There has always been folk in society that have eschewed science and scientific principles. A host of reasons can be put forth. Science is often at odds with accepted religious practice and doctrine. Those whose religious will and austerity are unyielding will oft side with their particular brand of religious doctrine/indoctrination to the detriment of their scientific understanding. As a good example, it is worth considering the teaching and societal status of 'Evolutionary Theory' in the United States. The theory of evolution has been around for 170 years and is still considered the best explanation for change and variation within and between species, Nonetheless, fundamentalist Christians dismiss the principle as 'just theory' and incompatible with their religious teachings. Sadly, and according to the latest polls, 40% of the American public believes in creation. This statistic is shocking. This level of scientific ignorance should not belong to a modern industrialised country in the 21st century- but there it stands. Arguments put forth by fundamentalists are laughable and ludicrous. Tis clear that many have not performed their due diligence in reading the primary evolutionary literature. Their comprehension of the topic is obtained from the pulpit and literature from other religious apologists. Their arguments are easy to refute and rebuff thereby exposing their underlying ignorance.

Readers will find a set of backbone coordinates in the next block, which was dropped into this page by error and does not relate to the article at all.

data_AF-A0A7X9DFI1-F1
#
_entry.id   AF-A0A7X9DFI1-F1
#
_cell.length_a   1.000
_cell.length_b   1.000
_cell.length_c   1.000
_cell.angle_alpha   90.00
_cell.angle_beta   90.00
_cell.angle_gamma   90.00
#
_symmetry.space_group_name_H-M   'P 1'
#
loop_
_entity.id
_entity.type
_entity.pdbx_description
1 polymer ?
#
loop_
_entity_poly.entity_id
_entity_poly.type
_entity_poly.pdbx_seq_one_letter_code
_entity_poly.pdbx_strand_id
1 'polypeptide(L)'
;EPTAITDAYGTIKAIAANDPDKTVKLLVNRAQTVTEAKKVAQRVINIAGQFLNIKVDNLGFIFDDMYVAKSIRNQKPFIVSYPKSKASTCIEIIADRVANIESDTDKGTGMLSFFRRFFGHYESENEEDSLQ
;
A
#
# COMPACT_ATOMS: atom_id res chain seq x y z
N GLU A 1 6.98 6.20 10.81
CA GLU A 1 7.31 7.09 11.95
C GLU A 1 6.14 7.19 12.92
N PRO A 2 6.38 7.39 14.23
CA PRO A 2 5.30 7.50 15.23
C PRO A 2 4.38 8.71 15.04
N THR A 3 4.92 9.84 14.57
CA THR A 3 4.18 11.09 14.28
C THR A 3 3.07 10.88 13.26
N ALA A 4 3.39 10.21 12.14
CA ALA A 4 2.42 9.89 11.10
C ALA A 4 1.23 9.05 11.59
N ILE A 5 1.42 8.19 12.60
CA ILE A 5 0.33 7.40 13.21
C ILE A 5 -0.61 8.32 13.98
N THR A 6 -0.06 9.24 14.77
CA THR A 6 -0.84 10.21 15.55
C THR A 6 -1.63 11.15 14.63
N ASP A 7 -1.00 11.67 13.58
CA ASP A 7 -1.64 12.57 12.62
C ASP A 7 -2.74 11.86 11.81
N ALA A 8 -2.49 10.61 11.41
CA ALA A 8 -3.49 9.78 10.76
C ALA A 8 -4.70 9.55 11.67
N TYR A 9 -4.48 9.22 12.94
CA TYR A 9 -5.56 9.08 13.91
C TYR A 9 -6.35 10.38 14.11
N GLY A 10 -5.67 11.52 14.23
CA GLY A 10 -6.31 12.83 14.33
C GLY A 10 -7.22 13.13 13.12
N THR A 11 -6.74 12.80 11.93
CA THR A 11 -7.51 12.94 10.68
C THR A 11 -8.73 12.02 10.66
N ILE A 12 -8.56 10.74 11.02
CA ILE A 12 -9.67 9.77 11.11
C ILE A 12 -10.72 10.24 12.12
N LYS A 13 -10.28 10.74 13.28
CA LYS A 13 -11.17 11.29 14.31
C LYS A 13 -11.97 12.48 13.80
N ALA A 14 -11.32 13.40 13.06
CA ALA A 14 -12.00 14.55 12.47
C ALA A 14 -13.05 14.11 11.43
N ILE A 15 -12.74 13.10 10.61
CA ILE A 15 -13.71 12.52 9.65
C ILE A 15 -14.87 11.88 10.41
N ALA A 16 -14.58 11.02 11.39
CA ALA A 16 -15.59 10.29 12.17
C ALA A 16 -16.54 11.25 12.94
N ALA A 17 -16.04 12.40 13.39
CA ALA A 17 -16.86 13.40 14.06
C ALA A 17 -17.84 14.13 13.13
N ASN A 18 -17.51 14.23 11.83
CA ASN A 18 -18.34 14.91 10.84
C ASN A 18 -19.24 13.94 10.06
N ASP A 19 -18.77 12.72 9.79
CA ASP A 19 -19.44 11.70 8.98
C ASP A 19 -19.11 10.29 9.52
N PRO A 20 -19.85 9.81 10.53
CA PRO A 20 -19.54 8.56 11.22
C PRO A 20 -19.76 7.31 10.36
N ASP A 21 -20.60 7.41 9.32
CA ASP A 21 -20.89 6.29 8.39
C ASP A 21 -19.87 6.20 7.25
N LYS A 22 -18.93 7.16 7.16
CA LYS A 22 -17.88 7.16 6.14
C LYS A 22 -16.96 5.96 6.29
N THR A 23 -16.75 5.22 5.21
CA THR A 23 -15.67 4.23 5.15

It has to be acknowledged that our paltry human brains have not evolved to deal with the complexity of the natural world. Our brains evolved in a particular environment. An environment full of atavistic danger. We needed to contend with the presence of large predators physically stronger and more adept than us. Disease via microbes assailed our fragile bodies and natural selection favoured a sophisticated and effective immune system. The selective pressures we encountered as a species were not geared to produce a mind capable of comprehending the complexities of our world at the fundamental level, and this shows when we attempt to deduce valid descriptors of reality. Science, by necessity, works with models that approximate or imitate reality. We seek reality but that reality is elusive. Our understanding lurches on as we discover new knowledge that is in accord with our current model of reality. If the observable data doesn't fit, or frankly contradicts our model, then the model requires modification or abandonment. Generally, science progression comes slowly in small packets. It is only rarely that we observe a seismic shift in our understanding. Einstein's theories of relativity supplanted the Newtonian model of reality and today is considered the best model we have to explain time and motion. However, lately, there have been some worrying contradictions suggesting that Einstein's Model is not quite correct. Mayhap will have to await the arrival of another prodigal genius to put forth a more accurate theory.